The Missing Amenity

These retirement places have all sorts of amenities. They have a Dr.'s office for immediate needs otherwise the residents go off campus to their private Dr.s. They have a bank for immediate needs otherwise they refer to their accountants and financial managers. They have a hair salon that also does nails otherwise they can go off campus to their favorite hair attendant. They have a Wellness center that sends aids to administer pills and check on residents who are ill or incapacitated. They have a little grocery store that charges waaay too much for everything but is at least handy for last minute pick ups. They have a mail room, a room for bridge, a room for arranging flowers and a room for storing plants. This facility has a wood working room. My daughter would love that. She won the shop prize at her 8th grade graduation. They have an exercise room used mostly it seems for therapy rather than regular exercise. Of course they have a dining room, 3 to be exact. They offer a lot of amenities except one, the mental health clinic. By the time my group gets there they are going to have to have a full scale mental health operation complete with psychiatrists, counselors and a multitude of therapists leading group sessions and private consultation etc. We are going to require licensed therapists to handle all of the depression and worries and other issues that goes on in old age. My generation is very used to having therapy appointments. We like seeing psychiatrists and therapists... well at least we're used to it and expect the services to be available. They are going to have to offer regular AA meetings and family counseling sessions etc. There are a lot of family issues surrounding a stay in one of these places.  No stigma for us. We've gotten used to the self indulgence, we require it. How could they have missed this one "most" important amenity? The amenity that keeps us balanced, the amenity that calms our nerves without medication. The natural pain killer - conversation with conclusion. I suppose, to a certain degree, for these elderly types there has been a stigma attached to therapy. Psychiatrists? They are for crazy weak people, not me. I can buck up and walk forward. Well the time is coming for these retirement villages to offer the full monty.Last week the LOL (little old lady) I take care of was on a downward spiral with no end in sight. She became paranoid that she had nothing to live for and most importantly that age old question "when am I going to die?" She wanted me to call her Dr. immediately and ask him when she was going to do die. Was it going to be this afternoon, tomorrow, next week. When is it going to happen? She got her self all worked up because she didn't want to wait around any longer. She wanted to know when it was going to happen. The waiting and not knowing was killing her.Well I did the best I could to talk to her. It was hard to muster up the strength to have a meaningful conversation since I really was out of my league here. I did try though. She called her son and left a long message about her worries... he never listened to it. Then she called another son who lives 10 hours away and voiced her end of life quandary to him. He then called his brother who jumped in the car and drove the hour to see her. He spent the next 3 hours talking with her and calming her down. It was really nice of him to come up so quickly but of course now he was feeling guilty that it had been so long since he'd been there to see her.When am I going to die? Old people ask themselves that question all the time, at least the older ones who are bored and do nothing all day, you know the ones who just eat and poop. It's a terrible anxiety to live with. Is it going to be now or 5 minutes from now, tomorrow or next week. When is it going to happen? Joan Rivers died during a routine medical operation, who knew? Boom, she was gone. Went in healthy, strong with a full calendar the next day and Boom she was gone. No diminishing, no pondering, no awareness that the end was around the corner. That's the way to go in my opinion. People die all the time without notice and leave the survivors to suffer through their extreme departure, not them. And this is why we have therapists... to help us get through these tough times.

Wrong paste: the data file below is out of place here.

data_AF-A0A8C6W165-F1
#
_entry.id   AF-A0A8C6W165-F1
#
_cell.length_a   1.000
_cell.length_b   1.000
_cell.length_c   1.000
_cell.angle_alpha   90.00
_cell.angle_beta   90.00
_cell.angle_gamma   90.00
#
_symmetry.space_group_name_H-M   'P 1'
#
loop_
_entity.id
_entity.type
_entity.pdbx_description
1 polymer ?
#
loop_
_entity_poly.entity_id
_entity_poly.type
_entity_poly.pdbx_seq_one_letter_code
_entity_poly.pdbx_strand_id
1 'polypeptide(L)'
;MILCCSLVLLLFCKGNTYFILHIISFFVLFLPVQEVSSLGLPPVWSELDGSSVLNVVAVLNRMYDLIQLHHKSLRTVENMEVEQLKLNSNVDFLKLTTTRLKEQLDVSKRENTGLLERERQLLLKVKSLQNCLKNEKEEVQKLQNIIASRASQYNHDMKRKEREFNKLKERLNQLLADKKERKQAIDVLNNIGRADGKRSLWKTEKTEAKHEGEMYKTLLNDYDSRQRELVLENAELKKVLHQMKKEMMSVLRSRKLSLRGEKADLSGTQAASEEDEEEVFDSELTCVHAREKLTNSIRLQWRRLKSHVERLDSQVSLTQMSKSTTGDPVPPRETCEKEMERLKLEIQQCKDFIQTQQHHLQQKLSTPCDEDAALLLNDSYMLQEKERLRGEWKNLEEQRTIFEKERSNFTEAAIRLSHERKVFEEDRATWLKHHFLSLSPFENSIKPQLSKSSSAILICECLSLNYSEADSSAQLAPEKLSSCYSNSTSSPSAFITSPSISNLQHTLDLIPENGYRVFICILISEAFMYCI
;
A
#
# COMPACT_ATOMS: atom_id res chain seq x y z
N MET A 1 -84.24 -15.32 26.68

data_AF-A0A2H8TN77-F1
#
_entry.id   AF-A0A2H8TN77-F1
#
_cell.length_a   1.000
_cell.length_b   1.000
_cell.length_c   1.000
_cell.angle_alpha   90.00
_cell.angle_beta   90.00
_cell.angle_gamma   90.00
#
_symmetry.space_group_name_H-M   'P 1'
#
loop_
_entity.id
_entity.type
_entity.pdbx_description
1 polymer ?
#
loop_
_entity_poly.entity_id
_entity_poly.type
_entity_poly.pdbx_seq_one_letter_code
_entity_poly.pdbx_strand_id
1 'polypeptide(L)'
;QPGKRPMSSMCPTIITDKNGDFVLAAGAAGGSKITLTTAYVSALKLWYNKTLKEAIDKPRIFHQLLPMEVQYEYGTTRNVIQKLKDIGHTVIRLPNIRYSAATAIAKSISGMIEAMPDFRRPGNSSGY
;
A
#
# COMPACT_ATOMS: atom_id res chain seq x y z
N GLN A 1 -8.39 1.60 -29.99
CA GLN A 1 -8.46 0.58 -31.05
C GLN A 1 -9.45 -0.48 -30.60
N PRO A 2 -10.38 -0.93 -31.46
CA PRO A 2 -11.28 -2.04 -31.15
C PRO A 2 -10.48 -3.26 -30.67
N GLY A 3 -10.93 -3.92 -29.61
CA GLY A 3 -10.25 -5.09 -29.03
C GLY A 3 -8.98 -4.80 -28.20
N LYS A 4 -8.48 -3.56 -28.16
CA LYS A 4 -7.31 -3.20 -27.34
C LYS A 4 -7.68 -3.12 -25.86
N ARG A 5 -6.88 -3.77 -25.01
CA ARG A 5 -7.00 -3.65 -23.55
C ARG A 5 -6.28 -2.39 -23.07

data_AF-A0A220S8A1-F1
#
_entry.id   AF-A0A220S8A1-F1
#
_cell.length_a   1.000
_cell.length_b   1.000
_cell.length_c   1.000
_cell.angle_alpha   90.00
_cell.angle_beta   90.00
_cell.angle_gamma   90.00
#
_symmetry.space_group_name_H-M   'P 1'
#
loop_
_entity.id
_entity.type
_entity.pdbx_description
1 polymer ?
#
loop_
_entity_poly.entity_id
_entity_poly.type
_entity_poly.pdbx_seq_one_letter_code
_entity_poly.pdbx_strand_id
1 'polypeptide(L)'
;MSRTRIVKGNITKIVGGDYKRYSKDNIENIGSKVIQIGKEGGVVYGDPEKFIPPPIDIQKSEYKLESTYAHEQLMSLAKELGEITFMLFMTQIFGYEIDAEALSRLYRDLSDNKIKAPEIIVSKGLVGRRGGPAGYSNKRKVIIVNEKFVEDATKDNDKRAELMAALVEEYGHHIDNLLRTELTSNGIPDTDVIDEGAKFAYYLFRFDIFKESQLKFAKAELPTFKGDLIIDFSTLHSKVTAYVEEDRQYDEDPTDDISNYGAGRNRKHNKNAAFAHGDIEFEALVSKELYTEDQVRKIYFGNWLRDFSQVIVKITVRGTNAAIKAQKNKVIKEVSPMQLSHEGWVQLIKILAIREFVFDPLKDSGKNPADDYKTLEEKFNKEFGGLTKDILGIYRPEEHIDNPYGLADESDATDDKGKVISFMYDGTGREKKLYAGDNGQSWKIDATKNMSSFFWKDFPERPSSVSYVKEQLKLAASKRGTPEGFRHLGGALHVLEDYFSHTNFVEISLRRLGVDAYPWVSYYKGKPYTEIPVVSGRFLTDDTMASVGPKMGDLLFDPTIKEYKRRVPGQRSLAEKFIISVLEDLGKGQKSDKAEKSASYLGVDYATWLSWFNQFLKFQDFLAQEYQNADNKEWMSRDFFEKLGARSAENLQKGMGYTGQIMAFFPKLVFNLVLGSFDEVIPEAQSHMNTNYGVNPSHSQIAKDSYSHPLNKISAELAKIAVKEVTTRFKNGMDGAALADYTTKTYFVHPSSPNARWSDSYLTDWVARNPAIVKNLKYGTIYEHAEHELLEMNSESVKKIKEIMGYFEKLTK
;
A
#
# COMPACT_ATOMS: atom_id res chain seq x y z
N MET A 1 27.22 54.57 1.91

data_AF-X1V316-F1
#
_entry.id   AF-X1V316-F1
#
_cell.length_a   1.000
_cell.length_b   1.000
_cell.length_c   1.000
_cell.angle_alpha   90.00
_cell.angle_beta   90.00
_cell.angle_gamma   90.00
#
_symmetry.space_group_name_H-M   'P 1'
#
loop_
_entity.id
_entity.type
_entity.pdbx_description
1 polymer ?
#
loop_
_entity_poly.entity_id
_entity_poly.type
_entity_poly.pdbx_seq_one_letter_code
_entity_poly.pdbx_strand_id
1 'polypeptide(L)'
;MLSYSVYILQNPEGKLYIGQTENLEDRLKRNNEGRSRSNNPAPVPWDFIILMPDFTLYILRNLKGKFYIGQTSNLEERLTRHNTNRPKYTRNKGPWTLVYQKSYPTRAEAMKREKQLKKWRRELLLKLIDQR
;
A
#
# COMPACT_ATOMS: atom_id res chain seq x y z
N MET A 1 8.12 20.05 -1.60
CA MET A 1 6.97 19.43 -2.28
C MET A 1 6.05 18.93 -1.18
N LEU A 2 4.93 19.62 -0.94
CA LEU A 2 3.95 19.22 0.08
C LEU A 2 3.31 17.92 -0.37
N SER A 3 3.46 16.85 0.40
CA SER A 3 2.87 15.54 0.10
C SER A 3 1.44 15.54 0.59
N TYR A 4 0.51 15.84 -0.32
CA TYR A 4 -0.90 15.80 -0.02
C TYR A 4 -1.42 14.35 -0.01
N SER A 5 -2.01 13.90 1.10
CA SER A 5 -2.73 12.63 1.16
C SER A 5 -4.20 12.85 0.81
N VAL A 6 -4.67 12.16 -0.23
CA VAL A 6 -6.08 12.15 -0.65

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Mental health is the silent tool. I honestly and firmly believe that all caregivers should be given a mental health check up regularly. How often? I don't know but it should be required. Doctors, psyc